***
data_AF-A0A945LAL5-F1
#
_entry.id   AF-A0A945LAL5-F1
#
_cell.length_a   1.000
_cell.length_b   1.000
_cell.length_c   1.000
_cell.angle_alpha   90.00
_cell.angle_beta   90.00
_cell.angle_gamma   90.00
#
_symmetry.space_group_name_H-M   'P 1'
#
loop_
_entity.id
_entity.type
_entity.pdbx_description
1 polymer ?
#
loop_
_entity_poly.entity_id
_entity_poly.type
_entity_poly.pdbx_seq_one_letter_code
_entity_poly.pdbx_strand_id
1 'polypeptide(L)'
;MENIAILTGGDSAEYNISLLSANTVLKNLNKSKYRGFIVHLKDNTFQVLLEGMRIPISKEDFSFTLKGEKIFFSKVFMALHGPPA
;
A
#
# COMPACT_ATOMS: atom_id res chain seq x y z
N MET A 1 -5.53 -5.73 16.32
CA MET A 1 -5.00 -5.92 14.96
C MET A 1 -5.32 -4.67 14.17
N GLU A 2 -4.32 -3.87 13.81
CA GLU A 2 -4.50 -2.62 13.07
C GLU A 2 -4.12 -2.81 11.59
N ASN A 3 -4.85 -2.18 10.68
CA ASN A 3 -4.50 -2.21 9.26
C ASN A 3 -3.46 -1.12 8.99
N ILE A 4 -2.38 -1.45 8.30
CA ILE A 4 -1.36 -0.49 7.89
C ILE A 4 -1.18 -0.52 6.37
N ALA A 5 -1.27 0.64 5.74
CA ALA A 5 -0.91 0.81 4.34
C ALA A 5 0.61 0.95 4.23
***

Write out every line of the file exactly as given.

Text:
data_AF-A0A945LAL5-F1
#
_entry.id   AF-A0A945LAL5-F1
#
_cell.length_a   1.000
_cell.length_b   1.000
_cell.length_c   1.000
_cell.angle_alpha   90.00
_cell.angle_beta   90.00
_cell.angle_gamma   90.00
#
_symmetry.space_group_name_H-M   'P 1'
#
loop_
_entity.id
_entity.type
_entity.pdbx_description
1 polymer ?
#
loop_
_entity_poly.entity_id
_entity_poly.type
_entity_poly.pdbx_seq_one_letter_code
_entity_poly.pdbx_strand_id
1 'polypeptide(L)'
;MENIAILTGGDSAEYNISLLSANTVLKNLNKSKYRGFIVHLKDNTFQVLLEGMRIPISKEDFSFTLKGEKIFFSKVFMALHGPPA
;
A
#
# COMPACT_ATOMS: atom_id res chain seq x y z
N MET A 1 -5.53 -5.73 16.32
CA MET A 1 -5.00 -5.92 14.96
C MET A 1 -5.32 -4.67 14.17
N GLU A 2 -4.32 -3.87 13.81
CA GLU A 2 -4.50 -2.62 13.07
C GLU A 2 -4.12 -2.81 11.59
N ASN A 3 -4.85 -2.18 10.68
CA ASN A 3 -4.50 -2.21 9.26
C ASN A 3 -3.46 -1.12 8.99
N ILE A 4 -2.38 -1.45 8.30
CA ILE A 4 -1.36 -0.49 7.89
C ILE A 4 -1.18 -0.52 6.37
N ALA A 5 -1.27 0.64 5.74
CA ALA A 5 -0.91 0.81 4.34
C ALA A 5 0.61 0.95 4.23